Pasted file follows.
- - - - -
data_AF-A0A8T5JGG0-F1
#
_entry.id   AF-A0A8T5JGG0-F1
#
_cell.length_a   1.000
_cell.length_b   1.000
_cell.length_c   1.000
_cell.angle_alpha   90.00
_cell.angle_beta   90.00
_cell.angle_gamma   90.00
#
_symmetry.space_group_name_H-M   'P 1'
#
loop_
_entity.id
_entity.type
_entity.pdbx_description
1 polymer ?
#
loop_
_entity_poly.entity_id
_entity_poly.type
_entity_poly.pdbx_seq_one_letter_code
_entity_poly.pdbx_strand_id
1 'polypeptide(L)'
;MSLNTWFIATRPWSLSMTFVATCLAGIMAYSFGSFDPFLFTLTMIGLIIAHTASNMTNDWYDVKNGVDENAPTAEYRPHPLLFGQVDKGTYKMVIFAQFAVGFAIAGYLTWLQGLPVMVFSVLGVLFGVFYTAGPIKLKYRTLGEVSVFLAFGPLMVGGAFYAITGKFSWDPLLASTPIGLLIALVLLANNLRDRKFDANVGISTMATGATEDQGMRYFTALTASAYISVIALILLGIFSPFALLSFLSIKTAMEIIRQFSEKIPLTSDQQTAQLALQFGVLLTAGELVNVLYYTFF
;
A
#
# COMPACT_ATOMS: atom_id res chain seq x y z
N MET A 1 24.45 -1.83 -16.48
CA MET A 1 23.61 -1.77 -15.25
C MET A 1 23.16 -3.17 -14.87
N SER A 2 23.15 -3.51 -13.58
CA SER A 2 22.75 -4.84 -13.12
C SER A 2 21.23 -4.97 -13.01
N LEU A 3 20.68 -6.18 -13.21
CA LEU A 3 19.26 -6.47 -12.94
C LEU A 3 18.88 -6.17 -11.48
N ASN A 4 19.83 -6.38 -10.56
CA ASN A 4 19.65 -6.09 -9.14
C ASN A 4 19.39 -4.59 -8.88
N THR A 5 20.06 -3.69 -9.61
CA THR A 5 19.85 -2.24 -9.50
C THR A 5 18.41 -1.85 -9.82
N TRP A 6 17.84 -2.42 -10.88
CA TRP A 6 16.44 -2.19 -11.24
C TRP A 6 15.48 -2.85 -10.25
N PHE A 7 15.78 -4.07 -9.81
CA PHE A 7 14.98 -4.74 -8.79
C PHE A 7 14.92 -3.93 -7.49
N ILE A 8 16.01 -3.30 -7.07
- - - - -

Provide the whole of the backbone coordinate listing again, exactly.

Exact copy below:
data_AF-A0A8T5JGG0-F1
#
_entry.id   AF-A0A8T5JGG0-F1
#
_cell.length_a   1.000
_cell.length_b   1.000
_cell.length_c   1.000
_cell.angle_alpha   90.00
_cell.angle_beta   90.00
_cell.angle_gamma   90.00
#
_symmetry.space_group_name_H-M   'P 1'
#
loop_
_entity.id
_entity.type
_entity.pdbx_description
1 polymer ?
#
loop_
_entity_poly.entity_id
_entity_poly.type
_entity_poly.pdbx_seq_one_letter_code
_entity_poly.pdbx_strand_id
1 'polypeptide(L)'
;MSLNTWFIATRPWSLSMTFVATCLAGIMAYSFGSFDPFLFTLTMIGLIIAHTASNMTNDWYDVKNGVDENAPTAEYRPHPLLFGQVDKGTYKMVIFAQFAVGFAIAGYLTWLQGLPVMVFSVLGVLFGVFYTAGPIKLKYRTLGEVSVFLAFGPLMVGGAFYAITGKFSWDPLLASTPIGLLIALVLLANNLRDRKFDANVGISTMATGATEDQGMRYFTALTASAYISVIALILLGIFSPFALLSFLSIKTAMEIIRQFSEKIPLTSDQQTAQLALQFGVLLTAGELVNVLYYTFF
;
A
#
# COMPACT_ATOMS: atom_id res chain seq x y z
N MET A 1 24.45 -1.83 -16.48
CA MET A 1 23.61 -1.77 -15.25
C MET A 1 23.16 -3.17 -14.87
N SER A 2 23.15 -3.51 -13.58
CA SER A 2 22.75 -4.84 -13.12
C SER A 2 21.23 -4.97 -13.01
N LEU A 3 20.68 -6.18 -13.21
CA LEU A 3 19.26 -6.47 -12.94
C LEU A 3 18.88 -6.17 -11.48
N ASN A 4 19.83 -6.38 -10.56
CA ASN A 4 19.65 -6.09 -9.14
C ASN A 4 19.39 -4.59 -8.88
N THR A 5 20.06 -3.69 -9.61
CA THR A 5 19.85 -2.24 -9.50
C THR A 5 18.41 -1.85 -9.82
N TRP A 6 17.84 -2.42 -10.88
CA TRP A 6 16.44 -2.19 -11.24
C TRP A 6 15.48 -2.85 -10.25
N PHE A 7 15.78 -4.07 -9.81
CA PHE A 7 14.98 -4.74 -8.79
C PHE A 7 14.92 -3.93 -7.49
N ILE A 8 16.01 -3.30 -7.07